Optimism for an ultra-fast 1 gigabit internet and data speed via fiber optic called the Bright Fiber Network to serve 3,000 customers in our western county is growing, Sierra Foothills Report has learned. It comes as other broadband projects for locals — one called Central Valley Next Generation Broadband and the other, Smarter Broadband — also are forging ahead.
A direct-to-the-door, one gigabit per second service would put our community on par with few urban areas with access to this kind of speed — 100 to 400 times faster than what most of us are used to in the Sierra and foothills.
Most important, it also creates the infrastructure for attracting new businesses and retaining existing ones — a longtime economic development goal that recently has been reiterated in the City of Grass Valley, the County Economic Resource Council and elsewhere. A 1G would help expand our existing high-tech hub, both for marketing and practical purposes. Think of a “We’re 1G” campaign! It would create some real buzz.
Some tangible indication about funding for the Bright Fiber Network could come this fall from agencies such as the California Advanced Services Fund, which promotes deployment of high-quality advanced communications to Californians. It was established by the California Public Utilities Commission.
Local 1G gathering in the works
A local one gigabit gathering in our community, with out-of-town speakers, also is in the works to showcase the benefits this fall, we have learned. A possible date is October 30 at Miners Foundry in Nevada City. Cities such as Austin and Kansas City, for example, are benefiting from the ultra-fast internet speed, thanks to Google and others, and we could benefit from their wisdom.
Though no funding decision has been made on the Bright Fiber project, the progress is significant.
A group including project leader John Paul of Spiral Internet, County Supervisor Nate Beason, Chief Information Officer Steve Monaghan, Sierra Business Council President Steve Frisch, Economic Resource Council Executive Director Jon Gregory and ERC board member and Nevada City Council Member Robert Bergman, among others, recently visited the USDA Rural Utility Service office in Davis and the California Public Utilities Commission in San Francisco to make a strong pitch about the local broadband project.
“Unfortunately the Bright Fiber project is caught up in a bureaucrat glitch and stalled, which motivated nine people from western Nevada County to make the trek to San Francisco and say, ‘Hey, we matter up here and we are ready to go!'” Frisch wrote on the ERC website.
The hope is that the group helped get the federal and state agencies who are responsible for the funding to support the county’s 1G project.
As an aside, I’m thrilled to see this kind of cooperation, along with a “road trip” to the Coast. It is redolent of the successful “Save the Bridgeport Bridge” campaign. Too often we’re caught up in an isolationist mindset in our community. Worse, and I’m sorry to say this, we’re “all hat and no cattle” on some of our ventures; that is, long on hubris but short on execution.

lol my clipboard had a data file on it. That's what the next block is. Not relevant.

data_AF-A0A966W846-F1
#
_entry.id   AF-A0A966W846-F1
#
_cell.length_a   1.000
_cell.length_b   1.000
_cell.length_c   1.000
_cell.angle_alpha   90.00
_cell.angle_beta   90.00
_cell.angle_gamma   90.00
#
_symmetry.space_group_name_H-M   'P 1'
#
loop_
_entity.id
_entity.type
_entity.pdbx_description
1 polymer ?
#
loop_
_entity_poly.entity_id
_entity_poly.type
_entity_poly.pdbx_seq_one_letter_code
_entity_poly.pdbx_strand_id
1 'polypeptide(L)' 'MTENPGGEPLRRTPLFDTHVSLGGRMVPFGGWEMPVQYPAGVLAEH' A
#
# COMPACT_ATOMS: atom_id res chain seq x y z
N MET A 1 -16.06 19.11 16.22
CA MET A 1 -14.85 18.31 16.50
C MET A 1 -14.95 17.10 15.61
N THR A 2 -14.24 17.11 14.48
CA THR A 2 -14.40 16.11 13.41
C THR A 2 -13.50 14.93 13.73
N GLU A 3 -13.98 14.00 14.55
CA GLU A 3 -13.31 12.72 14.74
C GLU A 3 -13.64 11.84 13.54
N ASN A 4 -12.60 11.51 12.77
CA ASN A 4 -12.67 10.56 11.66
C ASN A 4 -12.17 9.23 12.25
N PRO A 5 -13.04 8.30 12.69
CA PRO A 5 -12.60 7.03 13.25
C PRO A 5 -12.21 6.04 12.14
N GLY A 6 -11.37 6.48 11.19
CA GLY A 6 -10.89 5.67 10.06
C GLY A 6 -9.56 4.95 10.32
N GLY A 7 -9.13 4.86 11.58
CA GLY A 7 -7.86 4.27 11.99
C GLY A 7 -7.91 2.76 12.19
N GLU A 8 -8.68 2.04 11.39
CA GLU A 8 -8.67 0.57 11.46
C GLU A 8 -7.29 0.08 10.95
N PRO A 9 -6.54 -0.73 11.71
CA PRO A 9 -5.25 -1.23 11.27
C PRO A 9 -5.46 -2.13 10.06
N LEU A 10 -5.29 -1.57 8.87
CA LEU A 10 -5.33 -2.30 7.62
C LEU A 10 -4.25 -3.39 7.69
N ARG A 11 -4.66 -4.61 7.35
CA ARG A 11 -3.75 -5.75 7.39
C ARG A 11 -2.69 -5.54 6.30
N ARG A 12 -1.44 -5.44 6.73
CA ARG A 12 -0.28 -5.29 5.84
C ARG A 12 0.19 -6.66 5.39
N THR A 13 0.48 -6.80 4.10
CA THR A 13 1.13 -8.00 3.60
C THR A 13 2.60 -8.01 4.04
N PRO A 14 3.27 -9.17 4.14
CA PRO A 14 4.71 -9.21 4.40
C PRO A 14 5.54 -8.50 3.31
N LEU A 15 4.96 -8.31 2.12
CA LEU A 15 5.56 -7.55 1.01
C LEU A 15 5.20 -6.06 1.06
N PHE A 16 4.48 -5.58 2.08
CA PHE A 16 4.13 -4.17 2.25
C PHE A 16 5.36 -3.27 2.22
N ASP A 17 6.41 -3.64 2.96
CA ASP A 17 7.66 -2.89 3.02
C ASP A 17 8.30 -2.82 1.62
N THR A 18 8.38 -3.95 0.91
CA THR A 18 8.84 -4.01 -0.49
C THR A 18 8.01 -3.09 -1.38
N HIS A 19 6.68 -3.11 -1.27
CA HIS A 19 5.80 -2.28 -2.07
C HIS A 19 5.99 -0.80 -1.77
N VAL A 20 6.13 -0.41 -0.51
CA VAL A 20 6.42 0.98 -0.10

To be sure, the 1G project has challenges. One example: Bright Fiber project is a 26-square mile subset of the territory that another project called the Smarter Broadband project would serve. The “fixed wireless” Smarter Broadband project already has been awarded $2.5 million in federal stimulus funds to expand across the western county. The 1G is much faster, however.
The message from our local broadband experts, economic-development leaders and “electeds” to the fed and state officials was that there is ROOM FOR BOTH. The funding request is for a $16.6 million grant and a $500,000 loan, according to Bright Fiber’s proposal.
There are other benefits too. “The project will utilize the middle-mile infrastructure and help fulfill the last-mile connection goals of the ARRA and CASF-funded Central Valley Next Generation Broadband Infrastructure Project,” the proposal reads.
“This $60M Central Valley Next Generation Broadband Infastructure Project was funded by the Department of Commerce’s Broadband Technology Opportunities program and is building a middle-mile fiber optic network across 18 California counties and will initially connect our two local high schools (NU and Bear River) and Madelyn Helling library with 1Gbs Internet broadband connections,” according to the county.
“The open access network will then be leveraged and used by local broadband providers as a source for wholesale affordable Internet bandwidth that they can then resell and provide via their last-mile services to local residents and businesses.”
An update on this intenet “freeway” project, stalled due to some construction challenges such as “construction challenges due to rocky terrain,” is expected soon.
“Nevada County Connected is a fiber-to-the-premise last-mile project to be located in western Nevada County, California in an ‘underserved’ contiguous area that is rural, geographically diverse, and heavily forested,” the Bright Fiber project proposal said. “The project will encompass 26.2 square miles, pass 3,214 premises, and consist of 150 miles of construction in existing rights-of-way. Each premise passed will have the capacity for symmetrical 1 Gbps Internet access speeds over an active ethernet network. The project will utilize the middle-mile infrastructure and help fulfill the last-mile connection goals of the ARRA and CASF-funded Central Valley Next Generation Broadband Infrastructure Project.”
For context, here’s a video about Google’s 1G effort in Kansas City. Nevada City also sought to be a Google 1G city but wasn’t selected: